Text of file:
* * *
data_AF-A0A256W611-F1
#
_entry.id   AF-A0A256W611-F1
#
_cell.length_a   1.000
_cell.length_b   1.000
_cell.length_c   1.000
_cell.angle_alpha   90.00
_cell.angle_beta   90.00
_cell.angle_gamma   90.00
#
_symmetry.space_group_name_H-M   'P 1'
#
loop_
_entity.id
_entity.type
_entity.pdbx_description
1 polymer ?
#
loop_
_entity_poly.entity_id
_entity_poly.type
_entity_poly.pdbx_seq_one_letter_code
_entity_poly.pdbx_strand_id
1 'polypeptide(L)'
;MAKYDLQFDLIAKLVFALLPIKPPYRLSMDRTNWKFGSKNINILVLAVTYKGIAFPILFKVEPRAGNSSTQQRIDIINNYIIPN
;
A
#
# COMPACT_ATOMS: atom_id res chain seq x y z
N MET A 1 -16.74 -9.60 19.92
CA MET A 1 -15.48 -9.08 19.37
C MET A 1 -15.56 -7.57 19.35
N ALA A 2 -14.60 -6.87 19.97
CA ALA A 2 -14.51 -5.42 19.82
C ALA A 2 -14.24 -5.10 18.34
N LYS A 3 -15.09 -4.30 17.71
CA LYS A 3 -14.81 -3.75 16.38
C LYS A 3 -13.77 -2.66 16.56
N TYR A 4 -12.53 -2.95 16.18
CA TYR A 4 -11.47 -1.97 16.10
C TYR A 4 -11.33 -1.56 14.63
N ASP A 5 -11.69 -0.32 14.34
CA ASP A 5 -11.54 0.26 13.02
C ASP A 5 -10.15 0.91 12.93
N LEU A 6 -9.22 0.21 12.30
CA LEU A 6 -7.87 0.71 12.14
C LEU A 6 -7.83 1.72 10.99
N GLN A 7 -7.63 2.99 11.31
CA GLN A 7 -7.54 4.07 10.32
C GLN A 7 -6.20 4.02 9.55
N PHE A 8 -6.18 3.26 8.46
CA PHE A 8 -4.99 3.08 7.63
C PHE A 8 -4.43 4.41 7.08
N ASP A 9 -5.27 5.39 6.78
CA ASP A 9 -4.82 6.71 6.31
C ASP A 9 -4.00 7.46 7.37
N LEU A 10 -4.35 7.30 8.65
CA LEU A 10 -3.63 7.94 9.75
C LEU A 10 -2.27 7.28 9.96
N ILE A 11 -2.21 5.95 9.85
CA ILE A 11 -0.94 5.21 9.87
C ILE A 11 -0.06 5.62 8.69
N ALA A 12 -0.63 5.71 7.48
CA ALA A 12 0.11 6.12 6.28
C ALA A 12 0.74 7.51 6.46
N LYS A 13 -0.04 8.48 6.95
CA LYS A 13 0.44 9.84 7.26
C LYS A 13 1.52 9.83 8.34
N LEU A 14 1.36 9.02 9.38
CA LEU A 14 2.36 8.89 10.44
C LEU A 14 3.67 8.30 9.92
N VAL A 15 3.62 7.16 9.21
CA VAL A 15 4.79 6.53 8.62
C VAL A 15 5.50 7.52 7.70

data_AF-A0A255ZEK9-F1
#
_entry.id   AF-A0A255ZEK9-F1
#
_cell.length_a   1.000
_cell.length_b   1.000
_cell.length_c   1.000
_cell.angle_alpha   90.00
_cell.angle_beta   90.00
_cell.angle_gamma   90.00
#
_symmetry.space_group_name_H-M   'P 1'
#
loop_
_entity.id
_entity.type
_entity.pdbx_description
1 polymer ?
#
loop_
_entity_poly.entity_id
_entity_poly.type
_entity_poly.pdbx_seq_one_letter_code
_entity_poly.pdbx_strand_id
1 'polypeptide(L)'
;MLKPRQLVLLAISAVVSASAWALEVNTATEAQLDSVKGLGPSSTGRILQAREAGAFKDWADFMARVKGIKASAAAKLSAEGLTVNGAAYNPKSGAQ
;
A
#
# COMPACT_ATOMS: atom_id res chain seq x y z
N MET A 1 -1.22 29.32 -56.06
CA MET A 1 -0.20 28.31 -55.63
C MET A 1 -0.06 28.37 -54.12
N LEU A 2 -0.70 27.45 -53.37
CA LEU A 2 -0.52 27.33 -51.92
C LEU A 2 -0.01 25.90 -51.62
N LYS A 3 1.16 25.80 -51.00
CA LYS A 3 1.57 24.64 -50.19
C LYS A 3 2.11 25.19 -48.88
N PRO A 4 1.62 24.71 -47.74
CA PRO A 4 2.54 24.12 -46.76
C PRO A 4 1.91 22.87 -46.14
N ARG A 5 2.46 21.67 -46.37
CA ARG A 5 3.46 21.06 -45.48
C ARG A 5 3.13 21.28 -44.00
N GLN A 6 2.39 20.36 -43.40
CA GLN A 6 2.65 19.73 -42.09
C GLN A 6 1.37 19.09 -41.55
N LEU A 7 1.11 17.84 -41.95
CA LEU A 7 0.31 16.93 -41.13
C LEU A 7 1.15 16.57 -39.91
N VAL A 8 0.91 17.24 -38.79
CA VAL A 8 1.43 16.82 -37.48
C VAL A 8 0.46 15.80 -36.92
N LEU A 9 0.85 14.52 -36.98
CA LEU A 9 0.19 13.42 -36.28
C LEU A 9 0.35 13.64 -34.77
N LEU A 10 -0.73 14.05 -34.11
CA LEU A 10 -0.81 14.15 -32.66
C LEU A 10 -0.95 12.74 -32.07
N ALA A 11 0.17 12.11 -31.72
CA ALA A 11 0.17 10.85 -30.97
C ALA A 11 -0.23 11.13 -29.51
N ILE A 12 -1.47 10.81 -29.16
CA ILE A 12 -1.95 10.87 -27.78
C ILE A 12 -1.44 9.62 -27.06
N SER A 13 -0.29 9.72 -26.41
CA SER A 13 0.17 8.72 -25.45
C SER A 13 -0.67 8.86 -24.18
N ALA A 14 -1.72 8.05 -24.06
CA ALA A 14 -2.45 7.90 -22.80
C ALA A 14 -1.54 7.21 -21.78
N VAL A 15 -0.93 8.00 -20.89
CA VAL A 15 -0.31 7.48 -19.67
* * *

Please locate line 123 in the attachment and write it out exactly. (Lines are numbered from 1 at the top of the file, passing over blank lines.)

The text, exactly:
C GLN A 6 1.37 19.09 -41.55